clock menu more-arrow no yes mobile

Filed under:

Maikel Garcia is a monster in waiting

He’s got the power inside

Kansas City Royals third baseman Maikel Garcia (11) celebrates on second base against the Detroit Tigers after hitting a two run double in the sixth inning at Kauffman Stadium.
Kansas City Royals third baseman Maikel Garcia (11) celebrates on second base against the Detroit Tigers after hitting a two run double in the sixth inning at Kauffman Stadium.
Denny Medley-USA TODAY Sports

Even though their record is despicably bad, the Kansas City Royals have developed two exciting young talents on the left side of the infield: Bobby Witt Jr. and Maikel Garcia. Witt has obviously been a revelation and excels in many Statcast categories metrics; Witt is in the 84th percentile in average exit velocity, the 91st percentile in hard hit percentage, the 84th percentile in whiff rate, and the 89th percentile in chase rate. All four are even better than Garcia’s.

Except...I lied to you. Sorry. Those four aren’t Witt’s Statcast metrics—they’re Garcia’s. That’s right: Garcia hits the ball hard more often than Witt, hits the ball softly less often than Witt, swings and misses less often than Witt, and chases pitches out of the zone less often than Witt. The results can be impressive: check out this line drive home run that Garcia took to the opposite field at 102.1 MPH back in July, for instance. If he had tried to pull it, it would have been a ground ball out. Instead, it was an effortless power stroke to right field.

Unfortunately for Garcia, such moments have been rather few and far between. Garcia’s isolated slugging percentage has stubbornly remained below .100, a trend that is consistent with his Minor League track record. Fortunately for Garcia, there’s room to squeeze out some more power without selling out for fly balls. If he does so, he’ll be a monster.

So, why is that the case? It’s not bat speed. Garcia hits the ball hard very often. Sure, he doesn’t have the top end strength to be a regular home run king—his max exit velocity is in the 58th percentile, a good-but-not great figure. And he makes good swing decisions, as I wrote before. He doesn’t walk much, but that’s mostly because of his aggressiveness. That part of his game reminds me of Salvador Perez, if Perez didn’t chase all the time at least.

The issue with Garcia comes down to one stat in particular: barrels. We’ll turn to for their definition of the stat, which is a little complicated. It’s not just about hitting the ball hard.

The Barrel classification is assigned to batted-ball events whose comparable hit types (in terms of exit velocity and launch angle) have led to a minimum .500 batting average and 1.500 slugging percentage since Statcast was implemented Major League wide in 2015.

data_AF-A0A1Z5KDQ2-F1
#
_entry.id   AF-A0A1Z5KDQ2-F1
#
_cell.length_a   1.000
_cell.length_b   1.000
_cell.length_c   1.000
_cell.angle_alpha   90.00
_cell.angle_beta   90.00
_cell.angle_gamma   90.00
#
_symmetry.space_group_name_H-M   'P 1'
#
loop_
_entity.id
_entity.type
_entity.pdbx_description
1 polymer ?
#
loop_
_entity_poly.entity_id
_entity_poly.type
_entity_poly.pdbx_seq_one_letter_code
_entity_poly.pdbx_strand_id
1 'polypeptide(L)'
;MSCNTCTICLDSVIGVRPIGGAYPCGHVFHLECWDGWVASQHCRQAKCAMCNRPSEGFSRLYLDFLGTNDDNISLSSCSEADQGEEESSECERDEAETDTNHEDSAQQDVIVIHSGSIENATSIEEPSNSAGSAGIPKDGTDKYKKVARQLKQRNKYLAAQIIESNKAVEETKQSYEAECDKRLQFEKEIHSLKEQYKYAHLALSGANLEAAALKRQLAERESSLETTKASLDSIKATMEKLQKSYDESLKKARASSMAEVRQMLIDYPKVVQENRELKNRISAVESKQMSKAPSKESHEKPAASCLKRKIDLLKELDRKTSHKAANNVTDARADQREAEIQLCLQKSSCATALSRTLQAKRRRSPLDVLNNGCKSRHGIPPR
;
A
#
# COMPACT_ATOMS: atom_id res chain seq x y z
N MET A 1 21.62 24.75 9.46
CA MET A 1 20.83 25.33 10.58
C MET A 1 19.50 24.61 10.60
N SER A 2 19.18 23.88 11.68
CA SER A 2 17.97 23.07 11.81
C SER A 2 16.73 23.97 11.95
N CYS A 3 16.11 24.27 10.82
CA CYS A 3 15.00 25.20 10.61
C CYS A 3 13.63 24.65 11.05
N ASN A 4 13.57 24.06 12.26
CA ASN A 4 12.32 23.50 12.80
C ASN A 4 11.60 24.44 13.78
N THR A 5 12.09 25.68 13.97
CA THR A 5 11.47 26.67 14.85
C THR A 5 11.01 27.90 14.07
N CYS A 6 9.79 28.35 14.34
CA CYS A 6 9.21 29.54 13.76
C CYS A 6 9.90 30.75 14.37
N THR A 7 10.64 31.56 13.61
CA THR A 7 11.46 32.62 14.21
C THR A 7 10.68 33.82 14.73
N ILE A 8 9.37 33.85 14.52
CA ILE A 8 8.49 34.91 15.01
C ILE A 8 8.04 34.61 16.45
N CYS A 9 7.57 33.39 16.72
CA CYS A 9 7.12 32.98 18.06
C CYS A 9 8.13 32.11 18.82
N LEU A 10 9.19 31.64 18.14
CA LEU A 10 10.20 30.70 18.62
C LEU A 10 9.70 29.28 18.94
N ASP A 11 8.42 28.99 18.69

But similar to how Quality Starts have generally yielded a mean ERA much lower than the baseline of 4.50, the average Barrel has produced a batting mark and a slugging percentage significantly higher than .500 and 1.500, respectively. During the 2016 regular season, balls assigned the Barreled classification had a batting average of .822 and a 2.386 slugging percentage.

To be Barreled, a batted ball requires an exit velocity of at least 98 mph. At that speed, balls struck with a launch angle between 26-30 degrees always garner Barreled classification. For every mph over 98, the range of launch angles expands.

They also include a handy graphic explaining what’s going on, which I’ve very helpfully included below as well:

The Barrel Zone (not a Super Mario reference)

If the official definition of barrel makes your eyes glaze over and you can’t quite wrap your head around the graphic, no worries. Simply put, a player is awarded a barrel anytime they hit a ball in such a way that similarly hit balls usually go for hits—often of the extra-base variety. In practice, this means hitting the ball in the air, in the sweet spot where it tends to either go over outfielders heads as a home run or falls in front of them as a line drive single.

Garcia has the raw exit velocity numbers that getting barrels is certainly achievable. That’s the hardest part—getting lots of barrels necessarily involves hitting the ball hard, and that’s not something every player can do. Rather, Garcia’s problem is his inefficiencies in how he hits the ball hard: namely, into the ground.

In other words, Garcia needs to hit fewer balls in the ground and more balls in the air, and ideally he should also be pulling more balls. Among the 153 players in MLB with at least 400 plate appearances, Garcia has the 18th highest ground ball rate paired with the ninth lowest fly ball rate. To round out this holy trinity, Garcia has the 12th lowest pull rate. It’s a bad combo, and it’s why highlights like I showed earlier have been few and far between.

This isn’t a situation like with, I dunno, Jarrod Dyson or Nicky Lopez or Chris Getz or Alcides Escobar or Tug Hulett or whatever light-hitting Royal you’re most fond of. Garcia has the athleticism to succeed. Even now, he’s produced at a 2.5 WAR rate—and that’s with an ISO in the 90s. If the Royals can coax more power out of him, they’ll have a nice trio of Witt, Garcia, and Vinnie Pasquantino to hopefully build around. But even if Garcia never develops more power, he’ll likely have a long career in the league.